Clark’s (1998) view of the entrepreneurial university has precursors back to the original 18th Century French pioneers of entrepreneurship meaning ‘to take action’, however Clark’s more broader view in relation to universities was much more focussed around trying to “identify and sustain a distinctive institutional agenda which is institutionally determined not one effectively a product of state funding formulae” (cited in Shattock , M p.147). This leads the research on to academic characteristics of identity and how this is projected across to students. The academic and student interviews conducted as part of the research look at sets characteristics and requirements of a truly “Autonomous” academic which often creates tension with the public funded side of the institution, but Clark believes a balance can be found – which is where my mapping and research leads me to believe. My findings from interviews with academics who were voted as being ‘inspirational’ by students show that there needs to be a balance of the 3 basic components of creativity Amabile (1996) for someone to be deemed inspirational to their audience. These were predominantly an existence in different quantities of: Creative thinking skills, sufficient motivation and a high level of specialist knowledge. These individuals were often classified to be ‘Deep Smarts’ (Leonard and Swap 2005) and were able to cultivate an air of wisdom which passed over to their students. All of the interviewees highlighted the need for ‘academic space’ (Savin Baden, M 2008) in order to allow them to create opportunities for enhanced knowledge and learning experiences in a restrictive environment.

This is not saying that a distinct few academics display these traits but focuses upon the factors that prevent universities and the people that work within them becoming more entrepreneurial, despite the external pressures to do so. There are both intrinsic inhibitions and extrinsic cultural, structural and traditional pressures which prevent them from engaging in such activity. Jones (1987) points to these being mindset, readniness to change, personality type and confidence. All of which came out of the interviews as determining practice in the classroom. In terms of the organisational constraints, many of these are highlighted in Jane Henry’s work which focusses upon empowerment, flexible structures, integrated procedures. Handy (1991) and Jelinek and Schoonhoven (1991) all argue for open, high trust cultures as a necessity feature for innovative climates to flourish and new ways of working to grow. From my research this derived autonomy of a select few staff has allowed them to step outside of the strengthen academic core of policies procedures and traditional practice and in doing so create, what Ekvall (1997) and others refer to as a creative entrepreneurial climate in the institution, which is picked up on by students and members of staff, linking in to the view of Semlers (1996) ‘organisational tribes’ where identity is  based on coexistence in the university environment but is also underpinned by a sense that these ‘type of academics’ don’t belong to the institution, making them appear almost ‘maverick’ like (Labarre, P (2007). “it is absolutely essential to have unconventional thinking, to get rid of commodity thinking…” there is a need to harness these traits in all who operate in higher education now in order to move ambition on (Doyle 1998) and aspire to break the traditional frameworks in place and more on to a new state of higher education with the learner central to this. Bates, P (1984) conducted research which looked at the correlation between organisational culture and individuals to find that a negative, restrictive environment led to an inability to problem solve and innovate. The study found that those who don’t engage in entrepreneurial practice displayed high levels of unemotinality, depersonalization, subordination, conservatism, isolationism and antipathy. The next step of my research is to take this and apply it to the institution to see if the climate is creating such a culture, as many of the interviewees pointed to these being key factors.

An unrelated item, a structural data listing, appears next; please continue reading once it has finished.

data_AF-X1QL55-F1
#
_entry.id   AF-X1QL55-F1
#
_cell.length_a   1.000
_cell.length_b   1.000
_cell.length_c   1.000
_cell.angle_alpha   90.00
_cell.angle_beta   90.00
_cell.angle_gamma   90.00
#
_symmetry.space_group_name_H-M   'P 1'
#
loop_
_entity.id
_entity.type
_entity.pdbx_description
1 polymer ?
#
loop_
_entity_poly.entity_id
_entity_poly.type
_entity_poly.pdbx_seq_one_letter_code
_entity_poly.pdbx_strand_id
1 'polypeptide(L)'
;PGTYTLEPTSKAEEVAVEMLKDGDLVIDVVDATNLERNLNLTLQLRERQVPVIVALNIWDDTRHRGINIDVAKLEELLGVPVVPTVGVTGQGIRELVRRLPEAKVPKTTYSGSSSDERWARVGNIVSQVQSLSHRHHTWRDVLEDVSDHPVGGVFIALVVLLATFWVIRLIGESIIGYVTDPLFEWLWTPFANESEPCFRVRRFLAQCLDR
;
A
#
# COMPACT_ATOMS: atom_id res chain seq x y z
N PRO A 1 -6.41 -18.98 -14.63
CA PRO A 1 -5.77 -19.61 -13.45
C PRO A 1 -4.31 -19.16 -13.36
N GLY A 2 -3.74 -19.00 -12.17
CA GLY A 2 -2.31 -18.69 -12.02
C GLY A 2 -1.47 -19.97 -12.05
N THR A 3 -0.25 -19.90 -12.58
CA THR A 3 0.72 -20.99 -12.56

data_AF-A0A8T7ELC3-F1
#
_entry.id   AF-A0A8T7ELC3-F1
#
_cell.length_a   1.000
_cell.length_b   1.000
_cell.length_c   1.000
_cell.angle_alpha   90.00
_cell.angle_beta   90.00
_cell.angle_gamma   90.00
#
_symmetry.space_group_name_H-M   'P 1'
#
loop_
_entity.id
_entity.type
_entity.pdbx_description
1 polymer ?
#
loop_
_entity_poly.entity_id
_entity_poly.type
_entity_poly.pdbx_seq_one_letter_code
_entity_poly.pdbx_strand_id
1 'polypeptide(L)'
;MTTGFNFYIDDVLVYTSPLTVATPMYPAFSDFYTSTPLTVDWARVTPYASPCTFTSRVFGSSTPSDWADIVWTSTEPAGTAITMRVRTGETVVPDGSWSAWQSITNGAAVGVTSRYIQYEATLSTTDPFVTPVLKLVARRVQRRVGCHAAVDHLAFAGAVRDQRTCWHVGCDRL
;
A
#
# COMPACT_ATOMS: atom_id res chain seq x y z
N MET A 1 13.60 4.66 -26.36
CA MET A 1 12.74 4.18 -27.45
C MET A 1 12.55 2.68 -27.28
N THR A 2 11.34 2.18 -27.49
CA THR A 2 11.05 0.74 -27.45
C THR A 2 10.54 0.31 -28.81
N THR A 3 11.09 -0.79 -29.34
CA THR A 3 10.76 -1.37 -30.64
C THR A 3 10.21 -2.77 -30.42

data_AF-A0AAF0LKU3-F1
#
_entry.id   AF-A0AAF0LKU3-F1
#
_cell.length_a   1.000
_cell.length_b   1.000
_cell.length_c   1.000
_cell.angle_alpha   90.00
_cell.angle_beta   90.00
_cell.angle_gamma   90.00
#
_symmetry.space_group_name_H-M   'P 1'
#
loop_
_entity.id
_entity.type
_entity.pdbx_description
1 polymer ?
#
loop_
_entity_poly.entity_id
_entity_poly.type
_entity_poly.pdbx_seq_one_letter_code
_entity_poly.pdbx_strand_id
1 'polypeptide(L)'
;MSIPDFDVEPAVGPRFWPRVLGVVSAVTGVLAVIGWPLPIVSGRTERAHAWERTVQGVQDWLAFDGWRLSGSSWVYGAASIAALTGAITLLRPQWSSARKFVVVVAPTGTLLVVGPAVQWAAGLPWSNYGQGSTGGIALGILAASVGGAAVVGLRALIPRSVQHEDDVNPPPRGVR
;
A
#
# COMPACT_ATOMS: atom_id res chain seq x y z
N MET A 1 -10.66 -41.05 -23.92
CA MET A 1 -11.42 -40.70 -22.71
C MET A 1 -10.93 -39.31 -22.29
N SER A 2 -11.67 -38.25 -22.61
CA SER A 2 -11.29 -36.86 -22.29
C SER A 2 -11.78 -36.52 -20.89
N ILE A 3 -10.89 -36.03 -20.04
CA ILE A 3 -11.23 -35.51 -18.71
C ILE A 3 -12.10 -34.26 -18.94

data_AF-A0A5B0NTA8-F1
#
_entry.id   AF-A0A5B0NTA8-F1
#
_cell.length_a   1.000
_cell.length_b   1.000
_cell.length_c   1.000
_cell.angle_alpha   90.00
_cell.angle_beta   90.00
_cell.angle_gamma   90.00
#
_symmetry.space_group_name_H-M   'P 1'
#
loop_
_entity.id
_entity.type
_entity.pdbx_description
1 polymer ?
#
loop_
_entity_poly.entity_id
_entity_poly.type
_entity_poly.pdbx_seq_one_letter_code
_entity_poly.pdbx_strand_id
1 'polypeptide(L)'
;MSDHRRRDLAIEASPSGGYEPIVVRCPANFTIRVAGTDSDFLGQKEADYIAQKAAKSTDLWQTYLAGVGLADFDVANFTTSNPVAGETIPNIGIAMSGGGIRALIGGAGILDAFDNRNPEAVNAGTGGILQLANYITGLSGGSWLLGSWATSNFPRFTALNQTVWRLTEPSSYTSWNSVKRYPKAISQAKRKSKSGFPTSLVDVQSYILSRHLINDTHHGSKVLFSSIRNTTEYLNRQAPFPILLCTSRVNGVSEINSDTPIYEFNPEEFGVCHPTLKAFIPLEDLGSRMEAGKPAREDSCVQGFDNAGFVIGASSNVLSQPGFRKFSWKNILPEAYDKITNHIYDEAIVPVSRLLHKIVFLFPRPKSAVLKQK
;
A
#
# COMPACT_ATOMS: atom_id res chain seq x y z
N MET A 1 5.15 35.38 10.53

3.5 Beyond the NSS: insights from student researchers